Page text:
It’s always good to use a great title to lead into an important topic. I first came across this one (the great title) in “Reframing Organizations” by Lee G. Bolman and Terrence E. Deal. They in turn were referencing “The Human Equation: Building Profits by Putting People First” by Jeffrey Pfeffer. Regardless of the origin it’s a great way to open up a discussion on an important topic.
Often times in the workplace the process of hiring new employees is overly focused on academic achievement. This is particularly true when hiring less experienced employees who do not yet have an extensive work history. By placing too much importance on academic achievement we sometimes overlook some high quality candidates who could make a significant contribution to the organization. Let’s take a closer look and consider how we might modify our approach.
When I was in college I had an internship at a Navel research facility in San Diego. In school my overall GPA was solidly in the “B” range. Not a bad student but definitely not an “A” student.
I remember a very senior engineer at the facility relating a story about one of his “A” student interns. He said that when the student would get hung up on a problem she would tend to spend a great deal of time trying to solve it being reluctant to ask for help. This was a negative quality in his view as he saw it as needlessly wasting time when she could have easily asked for help. He seemed to think that behavior was more likely in his “A” student interns than in the others.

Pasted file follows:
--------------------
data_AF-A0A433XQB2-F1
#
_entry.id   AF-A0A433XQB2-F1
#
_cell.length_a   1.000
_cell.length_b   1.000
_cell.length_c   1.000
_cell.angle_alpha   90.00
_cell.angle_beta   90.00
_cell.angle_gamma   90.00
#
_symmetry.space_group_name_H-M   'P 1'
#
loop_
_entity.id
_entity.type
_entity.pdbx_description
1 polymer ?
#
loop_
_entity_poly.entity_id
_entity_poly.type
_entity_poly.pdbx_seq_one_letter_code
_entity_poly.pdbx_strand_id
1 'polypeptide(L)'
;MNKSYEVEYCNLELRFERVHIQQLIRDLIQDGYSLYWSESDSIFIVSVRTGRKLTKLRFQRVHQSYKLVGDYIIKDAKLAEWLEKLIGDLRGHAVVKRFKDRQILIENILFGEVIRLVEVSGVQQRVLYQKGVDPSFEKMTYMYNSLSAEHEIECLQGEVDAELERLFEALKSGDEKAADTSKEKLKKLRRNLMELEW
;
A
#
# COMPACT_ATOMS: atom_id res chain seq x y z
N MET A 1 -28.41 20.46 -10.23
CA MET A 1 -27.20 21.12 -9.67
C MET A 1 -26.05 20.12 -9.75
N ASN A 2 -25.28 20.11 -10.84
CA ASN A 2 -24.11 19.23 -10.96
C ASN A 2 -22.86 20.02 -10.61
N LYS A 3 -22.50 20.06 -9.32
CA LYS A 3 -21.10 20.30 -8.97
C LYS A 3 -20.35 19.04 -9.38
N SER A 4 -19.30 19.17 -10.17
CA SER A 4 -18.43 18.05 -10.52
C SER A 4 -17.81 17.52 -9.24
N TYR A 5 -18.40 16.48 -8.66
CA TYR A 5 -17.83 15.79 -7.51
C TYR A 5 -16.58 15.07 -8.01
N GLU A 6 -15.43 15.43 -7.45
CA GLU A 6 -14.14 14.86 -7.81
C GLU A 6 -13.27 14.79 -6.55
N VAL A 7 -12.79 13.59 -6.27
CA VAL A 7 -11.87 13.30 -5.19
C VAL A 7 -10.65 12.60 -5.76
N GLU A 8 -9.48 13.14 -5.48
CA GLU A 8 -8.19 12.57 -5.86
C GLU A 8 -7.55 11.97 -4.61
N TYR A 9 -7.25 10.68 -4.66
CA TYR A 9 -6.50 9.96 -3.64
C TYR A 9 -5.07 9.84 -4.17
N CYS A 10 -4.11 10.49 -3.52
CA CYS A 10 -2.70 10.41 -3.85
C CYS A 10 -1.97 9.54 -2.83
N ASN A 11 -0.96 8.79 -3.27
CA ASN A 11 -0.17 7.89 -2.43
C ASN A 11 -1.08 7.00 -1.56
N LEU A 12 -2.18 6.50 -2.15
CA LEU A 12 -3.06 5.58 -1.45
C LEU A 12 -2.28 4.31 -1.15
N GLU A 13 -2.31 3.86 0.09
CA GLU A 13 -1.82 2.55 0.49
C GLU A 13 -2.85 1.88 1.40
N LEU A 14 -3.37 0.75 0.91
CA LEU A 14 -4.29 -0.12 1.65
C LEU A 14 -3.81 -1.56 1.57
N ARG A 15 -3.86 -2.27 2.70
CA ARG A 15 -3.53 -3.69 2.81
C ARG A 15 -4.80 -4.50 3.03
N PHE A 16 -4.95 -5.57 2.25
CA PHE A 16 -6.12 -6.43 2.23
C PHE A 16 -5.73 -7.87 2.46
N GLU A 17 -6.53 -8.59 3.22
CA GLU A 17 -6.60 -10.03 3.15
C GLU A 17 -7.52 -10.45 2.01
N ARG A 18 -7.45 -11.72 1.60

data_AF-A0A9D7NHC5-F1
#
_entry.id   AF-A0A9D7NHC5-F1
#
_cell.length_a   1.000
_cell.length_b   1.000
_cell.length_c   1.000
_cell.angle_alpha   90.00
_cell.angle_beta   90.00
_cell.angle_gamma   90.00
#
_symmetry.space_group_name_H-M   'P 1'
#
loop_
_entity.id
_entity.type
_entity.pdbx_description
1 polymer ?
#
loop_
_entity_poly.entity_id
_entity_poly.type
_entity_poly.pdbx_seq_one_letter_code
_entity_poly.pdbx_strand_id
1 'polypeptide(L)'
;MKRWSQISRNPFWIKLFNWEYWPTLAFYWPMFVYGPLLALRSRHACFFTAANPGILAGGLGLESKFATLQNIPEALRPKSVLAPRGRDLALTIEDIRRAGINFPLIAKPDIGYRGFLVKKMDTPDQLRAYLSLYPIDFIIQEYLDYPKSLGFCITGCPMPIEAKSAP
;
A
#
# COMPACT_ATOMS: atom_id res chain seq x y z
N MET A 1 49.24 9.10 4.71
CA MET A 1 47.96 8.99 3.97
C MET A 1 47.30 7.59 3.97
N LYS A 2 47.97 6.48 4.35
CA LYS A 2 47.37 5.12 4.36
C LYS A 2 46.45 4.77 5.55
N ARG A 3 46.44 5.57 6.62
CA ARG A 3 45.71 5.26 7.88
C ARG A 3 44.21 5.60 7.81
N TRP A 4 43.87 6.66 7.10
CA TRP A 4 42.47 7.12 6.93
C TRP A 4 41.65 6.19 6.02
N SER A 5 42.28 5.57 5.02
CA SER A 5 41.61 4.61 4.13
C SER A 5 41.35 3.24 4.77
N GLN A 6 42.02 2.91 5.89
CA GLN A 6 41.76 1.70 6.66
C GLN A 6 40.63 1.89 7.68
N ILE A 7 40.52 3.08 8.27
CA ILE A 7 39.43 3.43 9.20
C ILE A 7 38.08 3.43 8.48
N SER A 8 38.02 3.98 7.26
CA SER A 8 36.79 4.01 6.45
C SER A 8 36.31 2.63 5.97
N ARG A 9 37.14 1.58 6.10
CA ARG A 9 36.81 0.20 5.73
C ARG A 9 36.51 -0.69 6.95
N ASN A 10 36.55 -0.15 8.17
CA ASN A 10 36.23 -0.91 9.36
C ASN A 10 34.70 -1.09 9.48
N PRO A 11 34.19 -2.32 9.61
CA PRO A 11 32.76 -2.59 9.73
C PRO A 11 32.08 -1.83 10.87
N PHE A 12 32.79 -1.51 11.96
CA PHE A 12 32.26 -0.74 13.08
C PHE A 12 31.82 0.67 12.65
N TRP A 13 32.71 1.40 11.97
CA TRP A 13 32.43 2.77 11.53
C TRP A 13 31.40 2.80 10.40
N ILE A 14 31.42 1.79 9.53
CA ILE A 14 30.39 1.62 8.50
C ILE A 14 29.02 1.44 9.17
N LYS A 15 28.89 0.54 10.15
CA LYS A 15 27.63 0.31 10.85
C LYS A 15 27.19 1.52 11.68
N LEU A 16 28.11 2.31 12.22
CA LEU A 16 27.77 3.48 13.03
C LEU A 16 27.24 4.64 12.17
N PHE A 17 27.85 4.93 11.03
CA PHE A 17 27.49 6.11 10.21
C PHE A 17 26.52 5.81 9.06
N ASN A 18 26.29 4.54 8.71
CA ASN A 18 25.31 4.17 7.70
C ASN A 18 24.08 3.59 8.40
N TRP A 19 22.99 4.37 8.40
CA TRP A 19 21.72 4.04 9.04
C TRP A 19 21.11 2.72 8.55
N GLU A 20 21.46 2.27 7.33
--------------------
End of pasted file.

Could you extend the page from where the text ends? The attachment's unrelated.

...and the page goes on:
High academic achievement is certainly a desirable quality in a job candidate. The point here is that academic achievement should not overshadow other important qualities when considering a job applicant. Social skills and cultural fit are critical to success in most organizations.
Consider the following:
- Academic Achievement – Good grades indicate more than just the ability to study and pass exams. Earning a degree (with an outstanding GPA or a less than outstanding GPA) indicates an individual’s ability to stick with a challenge over a period of time until success is achieved. This ability is extremely valuable in the workplace.
- Social Skills – As project managers, most of us work in matrixed organizations where we don’t have direct reports. We are generally dependent on functional managers to supply people to work on our projects. In this environment, PM’s with good social skills are more likely to get the people they want and be able to motivate those people to high levels of performance. Individuals with good social skills are also more likely to do well in the team environment that is so prevalent in today’s workplace.
- Cultural Fit – More forward thinking companies are evaluating job candidates for cultural fit and social skills as well as for hard skills. The thinking here is that if a candidate is lacking in some technical skills, that can be addressed through training or mentoring. It’s much more difficult to address an attitude that is not aligned with the organization’s culture.
Please take some time to consider and share your thoughts on the following:
- Does your organization overemphasize academic achievement?
- How do you view this subject when you participate in the hiring process?
- Does your organization consider social skills and cultural fit in job applicants?
©2016 Joseph T Drammissi